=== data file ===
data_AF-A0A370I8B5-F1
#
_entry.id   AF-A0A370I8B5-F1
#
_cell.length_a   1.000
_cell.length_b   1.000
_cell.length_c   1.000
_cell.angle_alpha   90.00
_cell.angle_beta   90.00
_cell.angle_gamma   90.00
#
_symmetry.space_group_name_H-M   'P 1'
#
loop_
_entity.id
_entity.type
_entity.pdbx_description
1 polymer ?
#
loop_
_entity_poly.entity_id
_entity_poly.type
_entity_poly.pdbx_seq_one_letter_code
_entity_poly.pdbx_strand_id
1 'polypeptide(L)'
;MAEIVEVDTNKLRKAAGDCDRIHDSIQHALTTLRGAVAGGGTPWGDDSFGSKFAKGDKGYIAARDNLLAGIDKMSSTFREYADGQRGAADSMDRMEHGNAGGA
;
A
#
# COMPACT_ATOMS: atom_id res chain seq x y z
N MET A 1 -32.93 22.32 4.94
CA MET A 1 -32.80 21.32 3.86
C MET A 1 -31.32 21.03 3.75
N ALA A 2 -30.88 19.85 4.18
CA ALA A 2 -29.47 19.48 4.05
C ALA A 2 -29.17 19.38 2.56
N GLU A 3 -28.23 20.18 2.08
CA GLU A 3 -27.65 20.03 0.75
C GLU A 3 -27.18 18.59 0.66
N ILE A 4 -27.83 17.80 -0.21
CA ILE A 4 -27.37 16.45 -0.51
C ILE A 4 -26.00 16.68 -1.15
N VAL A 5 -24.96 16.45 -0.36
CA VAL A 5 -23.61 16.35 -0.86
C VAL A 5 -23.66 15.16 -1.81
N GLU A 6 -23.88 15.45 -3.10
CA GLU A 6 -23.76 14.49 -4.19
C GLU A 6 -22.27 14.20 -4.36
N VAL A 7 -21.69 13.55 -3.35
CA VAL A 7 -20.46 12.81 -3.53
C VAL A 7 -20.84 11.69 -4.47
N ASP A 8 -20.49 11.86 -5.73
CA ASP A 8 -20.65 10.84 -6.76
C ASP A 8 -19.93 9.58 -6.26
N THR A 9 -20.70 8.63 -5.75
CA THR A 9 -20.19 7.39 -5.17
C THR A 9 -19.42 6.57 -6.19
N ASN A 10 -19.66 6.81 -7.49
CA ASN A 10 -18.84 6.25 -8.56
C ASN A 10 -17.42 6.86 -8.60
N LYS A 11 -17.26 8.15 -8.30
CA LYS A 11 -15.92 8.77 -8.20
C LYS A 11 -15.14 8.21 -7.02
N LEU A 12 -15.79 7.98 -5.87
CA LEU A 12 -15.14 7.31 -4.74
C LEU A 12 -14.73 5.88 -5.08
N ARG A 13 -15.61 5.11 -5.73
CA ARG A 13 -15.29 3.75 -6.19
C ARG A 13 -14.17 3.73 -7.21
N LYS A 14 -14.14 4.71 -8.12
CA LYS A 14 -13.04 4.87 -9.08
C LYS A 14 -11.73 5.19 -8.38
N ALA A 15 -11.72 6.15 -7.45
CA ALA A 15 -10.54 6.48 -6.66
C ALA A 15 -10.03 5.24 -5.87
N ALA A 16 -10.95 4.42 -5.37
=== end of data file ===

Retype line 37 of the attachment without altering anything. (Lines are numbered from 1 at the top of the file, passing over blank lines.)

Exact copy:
N GLU A 3 -28.23 20.18 2.08